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Synthetic biology for microbial heavy metal biosensors
- Kim, HyunJu, Jeong, Haeyoung, Lee, SangJun
- Analytical and bioanalytical chemistry 2018 v.410 no.4 pp. 1191-1203
- artificial cells, biosensors, databases, genes, heavy metals, metal ions, pollutants, recombinant DNA, sequence analysis, synthetic biology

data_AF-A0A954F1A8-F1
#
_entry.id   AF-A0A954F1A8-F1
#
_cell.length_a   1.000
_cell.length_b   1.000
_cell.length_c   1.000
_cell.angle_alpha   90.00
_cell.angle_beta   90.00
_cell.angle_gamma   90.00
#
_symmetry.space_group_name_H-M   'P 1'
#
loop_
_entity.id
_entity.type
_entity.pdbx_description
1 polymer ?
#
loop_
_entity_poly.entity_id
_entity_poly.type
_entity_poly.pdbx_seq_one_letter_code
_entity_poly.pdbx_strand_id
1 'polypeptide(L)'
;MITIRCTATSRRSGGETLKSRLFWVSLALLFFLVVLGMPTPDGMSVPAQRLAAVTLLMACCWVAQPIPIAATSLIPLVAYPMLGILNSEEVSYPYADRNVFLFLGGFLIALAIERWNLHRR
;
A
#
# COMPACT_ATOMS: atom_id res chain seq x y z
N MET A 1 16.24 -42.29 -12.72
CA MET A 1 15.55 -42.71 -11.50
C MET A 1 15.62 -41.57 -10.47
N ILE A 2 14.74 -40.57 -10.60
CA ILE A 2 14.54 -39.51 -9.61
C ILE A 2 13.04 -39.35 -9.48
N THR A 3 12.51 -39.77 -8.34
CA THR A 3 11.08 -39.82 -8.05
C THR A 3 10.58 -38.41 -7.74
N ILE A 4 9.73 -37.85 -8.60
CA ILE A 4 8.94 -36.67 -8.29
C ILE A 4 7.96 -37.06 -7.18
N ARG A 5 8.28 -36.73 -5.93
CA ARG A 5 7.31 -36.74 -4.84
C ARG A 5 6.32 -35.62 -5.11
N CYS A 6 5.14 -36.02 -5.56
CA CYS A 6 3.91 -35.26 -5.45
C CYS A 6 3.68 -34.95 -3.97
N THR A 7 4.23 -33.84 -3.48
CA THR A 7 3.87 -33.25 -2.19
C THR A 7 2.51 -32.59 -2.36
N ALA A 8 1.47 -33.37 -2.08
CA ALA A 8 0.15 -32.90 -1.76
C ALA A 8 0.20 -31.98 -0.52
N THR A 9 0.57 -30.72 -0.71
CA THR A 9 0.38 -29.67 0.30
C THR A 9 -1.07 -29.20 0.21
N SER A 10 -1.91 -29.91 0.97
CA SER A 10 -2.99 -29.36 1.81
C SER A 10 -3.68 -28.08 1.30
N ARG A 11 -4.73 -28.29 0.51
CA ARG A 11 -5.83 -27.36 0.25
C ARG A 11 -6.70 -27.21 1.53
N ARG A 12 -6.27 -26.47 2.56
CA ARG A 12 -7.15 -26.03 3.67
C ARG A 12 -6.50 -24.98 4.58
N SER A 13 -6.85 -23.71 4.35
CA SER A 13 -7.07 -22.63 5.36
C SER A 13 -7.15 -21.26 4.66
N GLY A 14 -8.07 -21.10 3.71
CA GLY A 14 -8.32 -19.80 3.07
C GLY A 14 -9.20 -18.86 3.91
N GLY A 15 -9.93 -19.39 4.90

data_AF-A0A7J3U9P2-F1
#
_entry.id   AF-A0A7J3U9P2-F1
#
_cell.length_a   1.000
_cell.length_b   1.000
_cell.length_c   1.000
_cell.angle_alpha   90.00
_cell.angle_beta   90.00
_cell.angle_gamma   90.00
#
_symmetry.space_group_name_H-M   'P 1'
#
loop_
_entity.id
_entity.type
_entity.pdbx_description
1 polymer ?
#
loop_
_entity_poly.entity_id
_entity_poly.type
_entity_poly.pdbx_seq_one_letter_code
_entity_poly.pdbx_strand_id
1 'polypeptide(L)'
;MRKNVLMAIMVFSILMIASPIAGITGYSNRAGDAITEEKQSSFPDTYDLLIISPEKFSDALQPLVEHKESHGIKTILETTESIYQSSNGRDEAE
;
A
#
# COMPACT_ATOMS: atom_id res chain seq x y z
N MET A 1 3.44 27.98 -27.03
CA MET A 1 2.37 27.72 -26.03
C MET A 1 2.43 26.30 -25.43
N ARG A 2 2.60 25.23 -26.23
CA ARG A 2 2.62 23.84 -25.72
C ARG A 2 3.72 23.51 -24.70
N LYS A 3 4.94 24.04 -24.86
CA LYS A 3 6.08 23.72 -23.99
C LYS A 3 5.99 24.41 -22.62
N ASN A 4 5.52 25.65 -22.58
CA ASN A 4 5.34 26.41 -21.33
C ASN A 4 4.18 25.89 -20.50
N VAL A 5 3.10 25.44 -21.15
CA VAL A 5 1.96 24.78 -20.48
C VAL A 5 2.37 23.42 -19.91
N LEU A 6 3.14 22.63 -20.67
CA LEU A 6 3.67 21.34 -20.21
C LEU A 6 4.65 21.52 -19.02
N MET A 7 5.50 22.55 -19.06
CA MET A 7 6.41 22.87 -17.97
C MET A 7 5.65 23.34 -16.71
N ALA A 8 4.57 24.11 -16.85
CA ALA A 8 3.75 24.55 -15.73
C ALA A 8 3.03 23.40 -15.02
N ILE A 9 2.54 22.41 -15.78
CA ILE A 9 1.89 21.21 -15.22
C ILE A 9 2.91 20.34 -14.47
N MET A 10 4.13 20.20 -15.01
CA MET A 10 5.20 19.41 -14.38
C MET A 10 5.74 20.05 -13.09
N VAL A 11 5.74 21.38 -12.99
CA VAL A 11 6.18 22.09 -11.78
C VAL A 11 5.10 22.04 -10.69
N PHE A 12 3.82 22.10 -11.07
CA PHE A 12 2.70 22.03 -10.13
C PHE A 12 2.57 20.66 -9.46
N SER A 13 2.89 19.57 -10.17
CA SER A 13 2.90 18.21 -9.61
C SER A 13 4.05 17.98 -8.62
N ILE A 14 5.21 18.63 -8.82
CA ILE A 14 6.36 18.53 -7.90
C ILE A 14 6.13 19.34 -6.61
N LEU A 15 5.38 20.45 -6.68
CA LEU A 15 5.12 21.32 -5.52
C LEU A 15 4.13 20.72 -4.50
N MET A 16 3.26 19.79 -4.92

- Using recombinant DNA technology, various whole-cell biosensors have been developed for detection of environmental pollutants, including heavy metal ions. Whole-cell biosensors have several advantages: easy and inexpensive cultivation, multiple assays, and no requirement of any special techniques for analysis. In the era of synthetic biology, cutting-edge DNA sequencing and gene synthesis technologies have accelerated the development of cell-based biosensors. Here, we summarize current technological advances in whole-cell heavy metal biosensors, including the synthetic biological components (bioparts), sensing and reporter modules, genetic circuits, and chassis cells. We discuss several opportunities for improvement of synthetic cell-based biosensors. First, new functional modules must be discovered in genome databases, and this knowledge must be used to upgrade specific bioparts through molecular engineering. Second, modules must be assembled into functional biosystems in chassis cells. Third, heterogeneity of individual cells in the microbial population must be eliminated. In the perspectives, the development of whole-cell biosensors is also discussed in the aspects of cultivation methods and synthetic cells.